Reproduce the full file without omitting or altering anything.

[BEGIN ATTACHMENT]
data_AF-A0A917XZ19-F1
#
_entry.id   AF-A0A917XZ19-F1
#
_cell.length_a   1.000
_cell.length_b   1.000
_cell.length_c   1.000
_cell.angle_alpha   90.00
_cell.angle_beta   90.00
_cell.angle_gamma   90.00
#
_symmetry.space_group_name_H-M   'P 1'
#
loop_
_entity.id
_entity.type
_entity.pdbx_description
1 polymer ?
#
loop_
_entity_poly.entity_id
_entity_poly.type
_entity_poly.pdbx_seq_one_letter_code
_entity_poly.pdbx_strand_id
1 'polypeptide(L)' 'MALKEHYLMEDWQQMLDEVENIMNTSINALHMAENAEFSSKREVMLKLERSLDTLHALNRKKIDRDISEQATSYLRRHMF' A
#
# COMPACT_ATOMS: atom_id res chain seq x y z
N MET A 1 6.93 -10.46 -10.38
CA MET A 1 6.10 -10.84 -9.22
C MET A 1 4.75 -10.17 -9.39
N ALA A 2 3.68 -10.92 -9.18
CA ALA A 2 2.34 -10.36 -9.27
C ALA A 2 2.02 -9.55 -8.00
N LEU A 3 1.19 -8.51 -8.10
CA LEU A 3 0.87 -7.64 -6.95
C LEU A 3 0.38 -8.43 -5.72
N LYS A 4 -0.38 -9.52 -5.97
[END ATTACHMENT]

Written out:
data_AF-A0A917XZ19-F1
#
_entry.id   AF-A0A917XZ19-F1
#
_cell.length_a   1.000
_cell.length_b   1.000
_cell.length_c   1.000
_cell.angle_alpha   90.00
_cell.angle_beta   90.00
_cell.angle_gamma   90.00
#
_symmetry.space_group_name_H-M   'P 1'
#
loop_
_entity.id
_entity.type
_entity.pdbx_description
1 polymer ?
#
loop_
_entity_poly.entity_id
_entity_poly.type
_entity_poly.pdbx_seq_one_letter_code
_entity_poly.pdbx_strand_id
1 'polypeptide(L)' 'MALKEHYLMEDWQQMLDEVENIMNTSINALHMAENAEFSSKREVMLKLERSLDTLHALNRKKIDRDISEQATSYLRRHMF' A
#
# COMPACT_ATOMS: atom_id res chain seq x y z
N MET A 1 6.93 -10.46 -10.38
CA MET A 1 6.10 -10.84 -9.22
C MET A 1 4.75 -10.17 -9.39
N ALA A 2 3.68 -10.92 -9.18
CA ALA A 2 2.34 -10.36 -9.27
C ALA A 2 2.02 -9.55 -8.00
N LEU A 3 1.19 -8.51 -8.10
CA LEU A 3 0.87 -7.64 -6.95
C LEU A 3 0.38 -8.43 -5.72
N LYS A 4 -0.38 -9.52 -5.97